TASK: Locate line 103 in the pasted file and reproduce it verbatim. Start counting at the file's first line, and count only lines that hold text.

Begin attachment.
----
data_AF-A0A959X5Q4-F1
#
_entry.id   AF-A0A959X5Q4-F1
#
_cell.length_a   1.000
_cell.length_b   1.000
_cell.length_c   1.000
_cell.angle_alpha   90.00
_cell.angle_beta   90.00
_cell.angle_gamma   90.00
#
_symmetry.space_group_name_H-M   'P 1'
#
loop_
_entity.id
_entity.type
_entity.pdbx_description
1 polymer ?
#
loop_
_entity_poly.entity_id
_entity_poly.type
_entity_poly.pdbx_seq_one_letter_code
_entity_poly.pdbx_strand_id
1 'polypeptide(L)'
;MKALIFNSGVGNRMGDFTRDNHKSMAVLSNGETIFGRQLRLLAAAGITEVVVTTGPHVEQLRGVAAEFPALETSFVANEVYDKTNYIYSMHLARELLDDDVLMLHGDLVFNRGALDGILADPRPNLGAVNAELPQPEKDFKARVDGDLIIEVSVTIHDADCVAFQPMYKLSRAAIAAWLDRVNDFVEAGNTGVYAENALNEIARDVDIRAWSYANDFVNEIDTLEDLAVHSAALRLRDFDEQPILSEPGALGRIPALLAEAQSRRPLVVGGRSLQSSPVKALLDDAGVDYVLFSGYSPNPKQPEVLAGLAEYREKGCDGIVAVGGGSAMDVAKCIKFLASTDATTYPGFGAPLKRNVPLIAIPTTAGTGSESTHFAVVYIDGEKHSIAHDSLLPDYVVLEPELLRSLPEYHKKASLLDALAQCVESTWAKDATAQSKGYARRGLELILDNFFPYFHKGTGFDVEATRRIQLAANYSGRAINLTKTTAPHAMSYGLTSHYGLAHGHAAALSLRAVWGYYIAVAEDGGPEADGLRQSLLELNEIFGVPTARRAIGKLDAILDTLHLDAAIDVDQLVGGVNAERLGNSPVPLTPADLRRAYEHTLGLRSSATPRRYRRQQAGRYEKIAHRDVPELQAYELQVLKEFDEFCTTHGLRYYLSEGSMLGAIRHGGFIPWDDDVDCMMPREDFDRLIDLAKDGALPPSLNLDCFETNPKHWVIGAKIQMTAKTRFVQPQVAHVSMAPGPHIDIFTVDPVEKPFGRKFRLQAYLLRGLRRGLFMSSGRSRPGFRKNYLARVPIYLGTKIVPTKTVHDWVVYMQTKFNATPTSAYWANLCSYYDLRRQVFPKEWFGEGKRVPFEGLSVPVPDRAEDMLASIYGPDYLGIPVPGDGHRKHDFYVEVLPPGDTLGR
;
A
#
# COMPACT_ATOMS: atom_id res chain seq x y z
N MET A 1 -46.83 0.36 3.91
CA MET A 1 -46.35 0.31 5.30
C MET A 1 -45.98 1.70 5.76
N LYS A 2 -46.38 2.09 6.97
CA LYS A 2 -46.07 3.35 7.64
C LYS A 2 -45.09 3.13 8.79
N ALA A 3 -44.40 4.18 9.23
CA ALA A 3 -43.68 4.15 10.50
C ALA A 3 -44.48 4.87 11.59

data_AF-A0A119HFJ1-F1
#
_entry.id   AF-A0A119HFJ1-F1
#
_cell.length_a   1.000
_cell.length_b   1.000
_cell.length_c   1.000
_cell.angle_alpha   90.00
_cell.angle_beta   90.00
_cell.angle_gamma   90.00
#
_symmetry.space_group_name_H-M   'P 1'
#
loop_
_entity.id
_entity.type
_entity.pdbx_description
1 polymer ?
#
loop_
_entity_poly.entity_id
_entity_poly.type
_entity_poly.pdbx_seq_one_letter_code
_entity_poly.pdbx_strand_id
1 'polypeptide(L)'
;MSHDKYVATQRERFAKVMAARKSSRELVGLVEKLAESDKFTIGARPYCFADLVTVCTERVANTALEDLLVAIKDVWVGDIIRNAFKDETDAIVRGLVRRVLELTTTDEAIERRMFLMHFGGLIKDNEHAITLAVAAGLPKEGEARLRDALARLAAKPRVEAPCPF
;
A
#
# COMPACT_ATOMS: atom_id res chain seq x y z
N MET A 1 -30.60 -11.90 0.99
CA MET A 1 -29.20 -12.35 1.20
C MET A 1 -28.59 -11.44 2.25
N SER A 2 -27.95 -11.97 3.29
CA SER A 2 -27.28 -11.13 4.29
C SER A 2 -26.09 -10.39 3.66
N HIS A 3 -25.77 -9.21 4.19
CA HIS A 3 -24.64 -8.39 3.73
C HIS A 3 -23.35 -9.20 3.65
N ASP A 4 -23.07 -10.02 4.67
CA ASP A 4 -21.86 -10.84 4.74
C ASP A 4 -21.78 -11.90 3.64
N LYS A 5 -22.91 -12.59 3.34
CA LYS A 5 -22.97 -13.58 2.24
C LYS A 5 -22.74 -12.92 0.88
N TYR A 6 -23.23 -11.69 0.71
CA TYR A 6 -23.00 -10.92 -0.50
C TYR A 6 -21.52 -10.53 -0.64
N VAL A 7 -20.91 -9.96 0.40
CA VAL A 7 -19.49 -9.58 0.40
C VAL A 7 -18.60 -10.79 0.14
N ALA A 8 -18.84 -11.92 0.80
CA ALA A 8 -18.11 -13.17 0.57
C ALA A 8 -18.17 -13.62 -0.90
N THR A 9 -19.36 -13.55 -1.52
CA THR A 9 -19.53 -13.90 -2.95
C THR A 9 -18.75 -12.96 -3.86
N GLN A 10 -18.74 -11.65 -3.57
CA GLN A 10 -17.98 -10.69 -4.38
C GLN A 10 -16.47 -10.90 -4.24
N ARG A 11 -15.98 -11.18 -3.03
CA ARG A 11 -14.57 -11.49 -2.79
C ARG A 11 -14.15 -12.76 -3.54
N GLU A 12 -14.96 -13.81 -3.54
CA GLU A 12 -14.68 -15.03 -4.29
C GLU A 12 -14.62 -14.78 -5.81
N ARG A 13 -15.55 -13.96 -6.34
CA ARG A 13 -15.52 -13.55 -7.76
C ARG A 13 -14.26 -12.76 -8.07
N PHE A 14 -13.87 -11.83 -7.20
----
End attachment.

N GLU A 12 -14.96 -13.81 -3.54